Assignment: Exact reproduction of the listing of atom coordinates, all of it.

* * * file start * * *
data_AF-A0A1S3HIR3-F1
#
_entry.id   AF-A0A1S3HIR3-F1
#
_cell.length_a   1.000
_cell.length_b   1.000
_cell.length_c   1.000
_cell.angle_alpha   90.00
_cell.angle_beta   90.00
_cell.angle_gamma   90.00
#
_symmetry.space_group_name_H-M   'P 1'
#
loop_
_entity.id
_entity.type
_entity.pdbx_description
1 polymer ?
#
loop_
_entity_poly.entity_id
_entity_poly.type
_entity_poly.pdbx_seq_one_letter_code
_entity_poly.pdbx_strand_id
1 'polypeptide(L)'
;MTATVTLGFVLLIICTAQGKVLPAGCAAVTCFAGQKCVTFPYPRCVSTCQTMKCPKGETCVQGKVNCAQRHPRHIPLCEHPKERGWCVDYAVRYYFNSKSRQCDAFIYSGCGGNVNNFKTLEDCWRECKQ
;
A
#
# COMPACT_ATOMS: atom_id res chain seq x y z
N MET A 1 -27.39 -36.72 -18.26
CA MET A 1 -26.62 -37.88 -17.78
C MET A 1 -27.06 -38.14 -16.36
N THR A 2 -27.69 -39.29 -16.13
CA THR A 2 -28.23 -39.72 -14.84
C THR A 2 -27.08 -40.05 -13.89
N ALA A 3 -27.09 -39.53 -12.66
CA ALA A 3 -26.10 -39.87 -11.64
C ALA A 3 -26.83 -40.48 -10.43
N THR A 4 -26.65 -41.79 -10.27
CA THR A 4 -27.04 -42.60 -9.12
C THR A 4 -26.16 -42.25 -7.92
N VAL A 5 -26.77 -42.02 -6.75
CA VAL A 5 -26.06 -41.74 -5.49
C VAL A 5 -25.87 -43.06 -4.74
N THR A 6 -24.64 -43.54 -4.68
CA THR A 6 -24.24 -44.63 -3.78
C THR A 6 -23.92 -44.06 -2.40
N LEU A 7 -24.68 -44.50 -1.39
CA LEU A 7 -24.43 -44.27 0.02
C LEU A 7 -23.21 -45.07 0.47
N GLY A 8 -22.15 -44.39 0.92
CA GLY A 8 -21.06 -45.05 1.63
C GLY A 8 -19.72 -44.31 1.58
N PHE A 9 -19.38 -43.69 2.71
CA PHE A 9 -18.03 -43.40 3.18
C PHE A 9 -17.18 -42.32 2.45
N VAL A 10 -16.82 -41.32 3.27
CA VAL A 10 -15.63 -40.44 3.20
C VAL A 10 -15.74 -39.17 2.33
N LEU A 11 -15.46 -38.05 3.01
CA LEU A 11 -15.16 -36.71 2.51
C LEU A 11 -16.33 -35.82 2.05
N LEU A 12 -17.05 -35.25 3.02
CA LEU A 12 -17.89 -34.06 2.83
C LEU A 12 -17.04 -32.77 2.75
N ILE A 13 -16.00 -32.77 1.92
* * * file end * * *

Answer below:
data_AF-A0A1S3HIR3-F1
#
_entry.id   AF-A0A1S3HIR3-F1
#
_cell.length_a   1.000
_cell.length_b   1.000
_cell.length_c   1.000
_cell.angle_alpha   90.00
_cell.angle_beta   90.00
_cell.angle_gamma   90.00
#
_symmetry.space_group_name_H-M   'P 1'
#
loop_
_entity.id
_entity.type
_entity.pdbx_description
1 polymer ?
#
loop_
_entity_poly.entity_id
_entity_poly.type
_entity_poly.pdbx_seq_one_letter_code
_entity_poly.pdbx_strand_id
1 'polypeptide(L)'
;MTATVTLGFVLLIICTAQGKVLPAGCAAVTCFAGQKCVTFPYPRCVSTCQTMKCPKGETCVQGKVNCAQRHPRHIPLCEHPKERGWCVDYAVRYYFNSKSRQCDAFIYSGCGGNVNNFKTLEDCWRECKQ
;
A
#
# COMPACT_ATOMS: atom_id res chain seq x y z
N MET A 1 -27.39 -36.72 -18.26
CA MET A 1 -26.62 -37.88 -17.78
C MET A 1 -27.06 -38.14 -16.36
N THR A 2 -27.69 -39.29 -16.13
CA THR A 2 -28.23 -39.72 -14.84
C THR A 2 -27.08 -40.05 -13.89
N ALA A 3 -27.09 -39.53 -12.66
CA ALA A 3 -26.10 -39.87 -11.64
C ALA A 3 -26.83 -40.48 -10.43
N THR A 4 -26.65 -41.79 -10.27
CA THR A 4 -27.04 -42.60 -9.12
C THR A 4 -26.16 -42.25 -7.92
N VAL A 5 -26.77 -42.02 -6.75
CA VAL A 5 -26.06 -41.74 -5.49
C VAL A 5 -25.87 -43.06 -4.74
N THR A 6 -24.64 -43.54 -4.68
CA THR A 6 -24.24 -44.63 -3.78
C THR A 6 -23.92 -44.06 -2.40
N LEU A 7 -24.68 -44.50 -1.39
CA LEU A 7 -24.43 -44.27 0.02
C LEU A 7 -23.21 -45.07 0.47
N GLY A 8 -22.15 -44.39 0.92
CA GLY A 8 -21.06 -45.05 1.63
C GLY A 8 -19.72 -44.31 1.58
N PHE A 9 -19.38 -43.69 2.71
CA PHE A 9 -18.03 -43.40 3.18
C PHE A 9 -17.18 -42.32 2.45
N VAL A 10 -16.82 -41.32 3.27
CA VAL A 10 -15.63 -40.44 3.20
C VAL A 10 -15.74 -39.17 2.33
N LEU A 11 -15.46 -38.05 3.01
CA LEU A 11 -15.16 -36.71 2.51
C LEU A 11 -16.33 -35.82 2.05
N LEU A 12 -17.05 -35.25 3.02
CA LEU A 12 -17.89 -34.06 2.83
C LEU A 12 -17.04 -32.77 2.75
N ILE A 13 -16.00 -32.77 1.92